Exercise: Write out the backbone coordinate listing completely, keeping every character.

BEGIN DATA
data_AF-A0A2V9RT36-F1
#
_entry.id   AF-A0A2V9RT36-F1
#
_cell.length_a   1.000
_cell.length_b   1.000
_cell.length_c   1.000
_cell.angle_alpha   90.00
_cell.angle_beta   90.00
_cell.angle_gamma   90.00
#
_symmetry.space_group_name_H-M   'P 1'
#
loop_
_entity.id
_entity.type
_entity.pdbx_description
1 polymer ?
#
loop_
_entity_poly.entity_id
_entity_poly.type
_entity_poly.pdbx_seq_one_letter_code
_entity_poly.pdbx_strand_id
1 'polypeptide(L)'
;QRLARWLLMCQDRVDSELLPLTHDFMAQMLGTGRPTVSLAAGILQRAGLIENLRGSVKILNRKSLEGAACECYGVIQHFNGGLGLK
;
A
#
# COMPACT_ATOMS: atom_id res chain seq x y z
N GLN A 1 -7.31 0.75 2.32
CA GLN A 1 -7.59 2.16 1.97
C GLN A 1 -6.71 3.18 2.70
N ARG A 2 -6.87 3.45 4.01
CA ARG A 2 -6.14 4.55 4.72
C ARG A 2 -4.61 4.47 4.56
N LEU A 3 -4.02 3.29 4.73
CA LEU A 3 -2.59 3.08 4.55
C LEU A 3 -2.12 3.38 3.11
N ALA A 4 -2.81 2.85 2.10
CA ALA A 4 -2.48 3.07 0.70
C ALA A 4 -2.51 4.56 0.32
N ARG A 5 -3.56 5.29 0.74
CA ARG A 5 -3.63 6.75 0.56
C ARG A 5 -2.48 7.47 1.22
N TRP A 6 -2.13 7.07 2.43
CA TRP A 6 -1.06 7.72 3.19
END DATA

data_AF-A0A2V9RT36-F1
#
_entry.id   AF-A0A2V9RT36-F1
#
_cell.length_a   1.000
_cell.length_b   1.000
_cell.length_c   1.000
_cell.angle_alpha   90.00
_cell.angle_beta   90.00
_cell.angle_gamma   90.00
#
_symmetry.space_group_name_H-M   'P 1'
#
loop_
_entity.id
_entity.type
_entity.pdbx_description
1 polymer ?
#
loop_
_entity_poly.entity_id
_entity_poly.type
_entity_poly.pdbx_seq_one_letter_code
_entity_poly.pdbx_strand_id
1 'polypeptide(L)'
;QRLARWLLMCQDRVDSELLPLTHDFMAQMLGTGRPTVSLAAGILQRAGLIENLRGSVKILNRKSLEGAACECYGVIQHFNGGLGLK
;
A
#
# COMPACT_ATOMS: atom_id res chain seq x y z
N GLN A 1 -7.31 0.75 2.32
CA GLN A 1 -7.59 2.16 1.97
C GLN A 1 -6.71 3.18 2.70
N ARG A 2 -6.87 3.45 4.01
CA ARG A 2 -6.14 4.55 4.72
C ARG A 2 -4.61 4.47 4.56
N LEU A 3 -4.02 3.29 4.73
CA LEU A 3 -2.59 3.08 4.55
C LEU A 3 -2.12 3.38 3.11
N ALA A 4 -2.81 2.85 2.10
CA ALA A 4 -2.48 3.07 0.70
C ALA A 4 -2.51 4.56 0.32
N ARG A 5 -3.56 5.29 0.74
CA ARG A 5 -3.63 6.75 0.56
C ARG A 5 -2.48 7.47 1.22
N TRP A 6 -2.13 7.07 2.43
CA TRP A 6 -1.06 7.72 3.19